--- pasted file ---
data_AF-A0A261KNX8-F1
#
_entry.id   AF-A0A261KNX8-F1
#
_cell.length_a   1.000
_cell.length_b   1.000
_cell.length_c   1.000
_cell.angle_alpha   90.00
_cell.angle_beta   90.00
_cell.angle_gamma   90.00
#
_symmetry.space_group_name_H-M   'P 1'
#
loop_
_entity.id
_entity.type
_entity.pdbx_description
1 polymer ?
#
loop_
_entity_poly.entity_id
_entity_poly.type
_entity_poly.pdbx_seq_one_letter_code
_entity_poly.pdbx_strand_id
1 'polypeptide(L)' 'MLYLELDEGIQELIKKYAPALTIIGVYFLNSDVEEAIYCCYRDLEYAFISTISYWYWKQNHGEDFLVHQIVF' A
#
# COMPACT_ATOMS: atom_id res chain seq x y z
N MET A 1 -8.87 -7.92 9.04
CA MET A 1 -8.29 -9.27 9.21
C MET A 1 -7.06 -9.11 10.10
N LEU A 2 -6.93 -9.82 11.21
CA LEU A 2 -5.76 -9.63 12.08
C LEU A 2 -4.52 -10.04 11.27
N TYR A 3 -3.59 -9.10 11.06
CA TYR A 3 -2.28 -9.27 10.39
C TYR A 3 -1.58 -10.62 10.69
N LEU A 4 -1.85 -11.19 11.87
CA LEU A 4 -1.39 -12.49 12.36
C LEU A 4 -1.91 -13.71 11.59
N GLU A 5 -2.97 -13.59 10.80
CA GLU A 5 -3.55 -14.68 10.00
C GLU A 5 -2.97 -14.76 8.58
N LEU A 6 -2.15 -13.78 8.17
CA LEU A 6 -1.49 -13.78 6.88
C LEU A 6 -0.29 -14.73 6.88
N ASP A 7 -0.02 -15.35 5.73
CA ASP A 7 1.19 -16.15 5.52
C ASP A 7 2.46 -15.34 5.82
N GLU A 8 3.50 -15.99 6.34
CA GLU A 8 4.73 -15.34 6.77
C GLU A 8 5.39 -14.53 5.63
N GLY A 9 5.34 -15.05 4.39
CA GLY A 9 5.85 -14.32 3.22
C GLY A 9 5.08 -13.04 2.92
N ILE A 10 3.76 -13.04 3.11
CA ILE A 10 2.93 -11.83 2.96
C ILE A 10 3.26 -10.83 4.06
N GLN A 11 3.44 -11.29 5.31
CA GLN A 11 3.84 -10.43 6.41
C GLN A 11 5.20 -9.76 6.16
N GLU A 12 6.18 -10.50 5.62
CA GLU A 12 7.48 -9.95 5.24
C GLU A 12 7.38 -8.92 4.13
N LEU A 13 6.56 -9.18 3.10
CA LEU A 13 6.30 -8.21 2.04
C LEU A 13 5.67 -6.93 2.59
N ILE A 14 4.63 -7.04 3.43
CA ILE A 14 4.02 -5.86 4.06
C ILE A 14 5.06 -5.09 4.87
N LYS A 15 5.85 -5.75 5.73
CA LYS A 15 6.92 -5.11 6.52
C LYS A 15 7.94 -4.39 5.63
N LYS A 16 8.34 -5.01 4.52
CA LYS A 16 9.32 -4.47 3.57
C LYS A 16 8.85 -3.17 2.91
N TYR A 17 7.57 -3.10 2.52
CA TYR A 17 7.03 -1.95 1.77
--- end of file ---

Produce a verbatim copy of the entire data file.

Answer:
data_AF-A0A261KNX8-F1
#
_entry.id   AF-A0A261KNX8-F1
#
_cell.length_a   1.000
_cell.length_b   1.000
_cell.length_c   1.000
_cell.angle_alpha   90.00
_cell.angle_beta   90.00
_cell.angle_gamma   90.00
#
_symmetry.space_group_name_H-M   'P 1'
#
loop_
_entity.id
_entity.type
_entity.pdbx_description
1 polymer ?
#
loop_
_entity_poly.entity_id
_entity_poly.type
_entity_poly.pdbx_seq_one_letter_code
_entity_poly.pdbx_strand_id
1 'polypeptide(L)' 'MLYLELDEGIQELIKKYAPALTIIGVYFLNSDVEEAIYCCYRDLEYAFISTISYWYWKQNHGEDFLVHQIVF' A
#
# COMPACT_ATOMS: atom_id res chain seq x y z
N MET A 1 -8.87 -7.92 9.04
CA MET A 1 -8.29 -9.27 9.21
C MET A 1 -7.06 -9.11 10.10
N LEU A 2 -6.93 -9.82 11.21
CA LEU A 2 -5.76 -9.63 12.08
C LEU A 2 -4.52 -10.04 11.27
N TYR A 3 -3.59 -9.10 11.06
CA TYR A 3 -2.28 -9.27 10.39
C TYR A 3 -1.58 -10.62 10.69
N LEU A 4 -1.85 -11.19 11.87
CA LEU A 4 -1.39 -12.49 12.36
C LEU A 4 -1.91 -13.71 11.59
N GLU A 5 -2.97 -13.59 10.80
CA GLU A 5 -3.55 -14.68 10.00
C GLU A 5 -2.97 -14.76 8.58
N LEU A 6 -2.15 -13.78 8.17
CA LEU A 6 -1.49 -13.78 6.88
C LEU A 6 -0.29 -14.73 6.88
N ASP A 7 -0.02 -15.35 5.73
CA ASP A 7 1.19 -16.15 5.52
C ASP A 7 2.46 -15.34 5.82
N GLU A 8 3.50 -15.99 6.34
CA GLU A 8 4.73 -15.34 6.77
C GLU A 8 5.39 -14.53 5.63
N GLY A 9 5.34 -15.05 4.39
CA GLY A 9 5.85 -14.32 3.22
C GLY A 9 5.08 -13.04 2.92
N ILE A 10 3.76 -13.04 3.11
CA ILE A 10 2.93 -11.83 2.96
C ILE A 10 3.26 -10.83 4.06
N GLN A 11 3.44 -11.29 5.31
CA GLN A 11 3.84 -10.43 6.41
C GLN A 11 5.20 -9.76 6.16
N GLU A 12 6.18 -10.50 5.62
CA GLU A 12 7.48 -9.95 5.24
C GLU A 12 7.38 -8.92 4.13
N LEU A 13 6.56 -9.18 3.10
CA LEU A 13 6.30 -8.21 2.04
C LEU A 13 5.67 -6.93 2.59
N ILE A 14 4.63 -7.04 3.43
CA ILE A 14 4.02 -5.86 4.06
C ILE A 14 5.06 -5.09 4.87
N LYS A 15 5.85 -5.75 5.73
CA LYS A 15 6.92 -5.11 6.52
C LYS A 15 7.94 -4.39 5.63
N LYS A 16 8.34 -5.01 4.52
CA LYS A 16 9.32 -4.47 3.57
C LYS A 16 8.85 -3.17 2.91
N TYR A 17 7.57 -3.10 2.52
CA TYR A 17 7.03 -1.95 1.77